After launching our first investigation earlier in the week, we were ready to conclude our review of prime and composite numbers with a closer look at large Prime Numbers.
On Friday, we replicated an ancient Greek technique called the Sieve of Eratosthenes
The Sieve of Eratosthenes, is a simple algorithm for finding all prime numbers up to any given limit. It does so by marking as composite (i.e., not prime) the multiples of each prime, starting with the multiples of 2. Once I eliminate the multiples of 2 for a given set of numbers, I then determine which are multiples of 3 and eliminate any that were not already eliminated as multiples of 2…then 5, 7, 11, 13….until I can be sure that a number has no other whole number factors than 1 and itself.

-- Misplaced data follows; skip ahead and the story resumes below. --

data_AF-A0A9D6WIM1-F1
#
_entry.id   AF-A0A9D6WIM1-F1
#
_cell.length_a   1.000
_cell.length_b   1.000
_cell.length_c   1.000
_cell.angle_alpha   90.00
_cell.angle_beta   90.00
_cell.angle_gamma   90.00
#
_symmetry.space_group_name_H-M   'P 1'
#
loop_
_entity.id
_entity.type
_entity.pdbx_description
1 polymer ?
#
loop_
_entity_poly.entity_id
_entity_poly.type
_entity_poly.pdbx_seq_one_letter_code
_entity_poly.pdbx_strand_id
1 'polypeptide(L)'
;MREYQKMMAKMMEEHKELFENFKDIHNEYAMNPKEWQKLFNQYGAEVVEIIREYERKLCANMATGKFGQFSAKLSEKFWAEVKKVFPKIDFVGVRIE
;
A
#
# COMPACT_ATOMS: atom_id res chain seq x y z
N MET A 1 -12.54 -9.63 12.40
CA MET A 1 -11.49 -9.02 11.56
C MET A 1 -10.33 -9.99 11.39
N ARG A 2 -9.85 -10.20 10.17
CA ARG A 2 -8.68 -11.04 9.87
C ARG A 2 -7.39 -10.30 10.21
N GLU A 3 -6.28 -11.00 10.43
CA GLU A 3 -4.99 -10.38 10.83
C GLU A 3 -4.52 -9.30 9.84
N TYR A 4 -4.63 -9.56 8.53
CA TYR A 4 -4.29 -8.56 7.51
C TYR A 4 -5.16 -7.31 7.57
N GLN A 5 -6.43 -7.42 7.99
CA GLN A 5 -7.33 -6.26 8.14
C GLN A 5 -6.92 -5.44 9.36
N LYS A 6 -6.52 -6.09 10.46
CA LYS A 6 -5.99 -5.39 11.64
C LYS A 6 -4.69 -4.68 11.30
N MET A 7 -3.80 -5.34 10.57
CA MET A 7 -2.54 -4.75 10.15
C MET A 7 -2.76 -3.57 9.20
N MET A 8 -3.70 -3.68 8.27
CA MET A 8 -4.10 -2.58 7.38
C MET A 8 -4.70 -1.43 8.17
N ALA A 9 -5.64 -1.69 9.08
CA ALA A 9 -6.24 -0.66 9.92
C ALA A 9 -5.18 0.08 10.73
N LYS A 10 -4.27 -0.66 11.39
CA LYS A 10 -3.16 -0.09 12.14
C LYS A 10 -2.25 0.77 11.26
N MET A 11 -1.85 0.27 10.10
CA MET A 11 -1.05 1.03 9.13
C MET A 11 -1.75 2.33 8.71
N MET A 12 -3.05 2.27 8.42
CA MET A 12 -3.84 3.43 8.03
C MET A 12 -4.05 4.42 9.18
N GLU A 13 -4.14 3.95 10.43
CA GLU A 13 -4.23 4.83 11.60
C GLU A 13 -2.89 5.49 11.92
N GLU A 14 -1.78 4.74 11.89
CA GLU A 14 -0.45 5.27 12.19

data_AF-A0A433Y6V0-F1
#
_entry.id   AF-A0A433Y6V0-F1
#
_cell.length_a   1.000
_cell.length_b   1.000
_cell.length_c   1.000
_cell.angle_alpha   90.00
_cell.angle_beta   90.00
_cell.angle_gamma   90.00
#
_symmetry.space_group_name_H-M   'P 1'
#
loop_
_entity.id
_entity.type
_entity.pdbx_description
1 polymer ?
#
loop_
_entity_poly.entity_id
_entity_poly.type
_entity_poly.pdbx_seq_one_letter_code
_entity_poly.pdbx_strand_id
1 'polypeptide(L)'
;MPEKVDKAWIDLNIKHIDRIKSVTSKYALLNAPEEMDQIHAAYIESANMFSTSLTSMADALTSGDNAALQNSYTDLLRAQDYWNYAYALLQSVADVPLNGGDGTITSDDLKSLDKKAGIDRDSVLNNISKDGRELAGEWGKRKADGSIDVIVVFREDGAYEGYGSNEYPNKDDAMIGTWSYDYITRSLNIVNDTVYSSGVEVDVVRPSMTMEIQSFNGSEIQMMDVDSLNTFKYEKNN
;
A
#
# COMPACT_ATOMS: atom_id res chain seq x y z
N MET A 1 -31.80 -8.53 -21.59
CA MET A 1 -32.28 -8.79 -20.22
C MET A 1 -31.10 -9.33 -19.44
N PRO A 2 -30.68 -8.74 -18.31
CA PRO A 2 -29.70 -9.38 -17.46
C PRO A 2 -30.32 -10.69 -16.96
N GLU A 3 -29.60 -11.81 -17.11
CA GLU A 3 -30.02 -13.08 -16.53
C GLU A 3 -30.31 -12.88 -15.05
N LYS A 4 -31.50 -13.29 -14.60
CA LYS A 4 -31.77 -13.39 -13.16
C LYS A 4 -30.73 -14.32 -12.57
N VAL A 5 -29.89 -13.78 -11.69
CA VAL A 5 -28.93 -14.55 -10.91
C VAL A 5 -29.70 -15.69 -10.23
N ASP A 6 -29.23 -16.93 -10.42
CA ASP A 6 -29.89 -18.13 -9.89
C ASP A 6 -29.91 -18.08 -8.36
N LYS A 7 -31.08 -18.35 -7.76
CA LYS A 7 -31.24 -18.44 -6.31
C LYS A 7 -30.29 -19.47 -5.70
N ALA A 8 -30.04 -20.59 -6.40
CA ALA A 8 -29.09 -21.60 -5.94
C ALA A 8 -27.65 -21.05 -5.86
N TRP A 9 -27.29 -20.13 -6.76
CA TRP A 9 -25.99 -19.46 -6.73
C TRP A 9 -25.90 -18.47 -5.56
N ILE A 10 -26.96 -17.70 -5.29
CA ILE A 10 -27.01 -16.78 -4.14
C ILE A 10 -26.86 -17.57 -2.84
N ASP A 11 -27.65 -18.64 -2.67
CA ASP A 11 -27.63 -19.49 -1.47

Once we learned and practiced the procedure for crossing out the multiples of the prime numbers using the numbers 1-100, students were asked “What is the Largest Prime Number You Can Find that is Greater than 100”?
Students were instructed to only use numbers that they could verify using their own calculations (no calculators) and create a poster reflecting this work and the thinking they did in the process. Some students in 601 even realized that 601 is prime!
Students in 601 doing a ‘Gallery Walk” to see the work of other students in their class.
As we continue into Investigation 2 this week, we will begin exploring factors and multiples more in-depth as we warm up and strengthen our number sense for more specific Algebra work coming up in a few months.